Thursday, April 29, 2010

State's brief in Michigan v. Bryant

The State, which is the petitioner, has filed its brief -- a day early -- in Michigan v. Bryant, the pending case on fresh accusations. You can read it by clicking here. I expect to be filing an amicus brief on behalf of the respondent. So for now I will confine myself to a few short comments.

1. The brief justifies its name. It is refreshingly short -- the body is only 17 pages.

2. At the very outset, it poses the Question Presented: "[A]re preliminary inquiries . . . nontestimonial . . . ?" But the question isn't whether the inquiries, preliminary or not, are testimonial. The question is whether the statements, in this case by the victim, are testimonial or not. One of the critical points that I hope will be clarified as a result of this case is that the question of whether a statement is testimonial or not must ultimately be made from the perspective of the speaker (or of a reasonable person in the position of the speaker), not from that of the questioner, if there is one.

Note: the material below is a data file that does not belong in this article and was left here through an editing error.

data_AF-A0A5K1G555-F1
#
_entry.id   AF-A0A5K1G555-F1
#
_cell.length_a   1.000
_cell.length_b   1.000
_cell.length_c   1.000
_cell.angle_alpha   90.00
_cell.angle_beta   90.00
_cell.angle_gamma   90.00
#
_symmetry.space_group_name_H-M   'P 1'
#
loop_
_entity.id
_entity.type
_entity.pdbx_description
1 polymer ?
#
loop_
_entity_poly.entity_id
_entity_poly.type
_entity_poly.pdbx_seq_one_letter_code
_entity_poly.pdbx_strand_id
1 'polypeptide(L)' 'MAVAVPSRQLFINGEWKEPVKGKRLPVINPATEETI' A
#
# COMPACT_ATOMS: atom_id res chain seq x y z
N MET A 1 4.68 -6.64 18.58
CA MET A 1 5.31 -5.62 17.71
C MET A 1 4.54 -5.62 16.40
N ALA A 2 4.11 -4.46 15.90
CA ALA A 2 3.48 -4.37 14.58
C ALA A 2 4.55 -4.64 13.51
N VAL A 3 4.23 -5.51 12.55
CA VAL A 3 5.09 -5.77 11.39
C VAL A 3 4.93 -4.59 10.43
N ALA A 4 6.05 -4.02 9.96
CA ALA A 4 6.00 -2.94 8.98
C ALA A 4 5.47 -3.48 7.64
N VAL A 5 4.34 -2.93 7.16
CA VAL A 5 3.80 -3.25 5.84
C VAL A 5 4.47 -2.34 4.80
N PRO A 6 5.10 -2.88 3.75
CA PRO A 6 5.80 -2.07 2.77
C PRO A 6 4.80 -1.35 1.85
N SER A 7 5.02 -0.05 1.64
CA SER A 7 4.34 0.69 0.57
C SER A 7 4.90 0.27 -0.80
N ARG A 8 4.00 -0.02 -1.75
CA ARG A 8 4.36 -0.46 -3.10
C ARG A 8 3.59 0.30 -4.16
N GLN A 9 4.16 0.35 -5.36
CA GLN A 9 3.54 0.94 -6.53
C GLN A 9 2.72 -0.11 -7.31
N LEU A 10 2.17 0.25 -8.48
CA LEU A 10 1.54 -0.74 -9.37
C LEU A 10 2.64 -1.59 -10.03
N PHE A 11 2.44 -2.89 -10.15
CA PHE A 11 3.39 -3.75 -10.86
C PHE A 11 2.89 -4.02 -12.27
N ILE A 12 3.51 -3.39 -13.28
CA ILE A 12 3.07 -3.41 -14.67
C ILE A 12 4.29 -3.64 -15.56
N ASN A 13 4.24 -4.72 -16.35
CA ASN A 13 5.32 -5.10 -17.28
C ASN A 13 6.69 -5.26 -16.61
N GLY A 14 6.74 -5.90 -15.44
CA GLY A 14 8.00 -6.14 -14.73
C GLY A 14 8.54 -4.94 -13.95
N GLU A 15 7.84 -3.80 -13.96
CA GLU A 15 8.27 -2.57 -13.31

3. The brief appears to take the position that any statement made in response to police interrogation before the police have ascertained the identity and location of the perpetrator is non-testimonial. This view would vitiate much of the confrontation right. It would also distort the incentives of police, and detract from their protective function.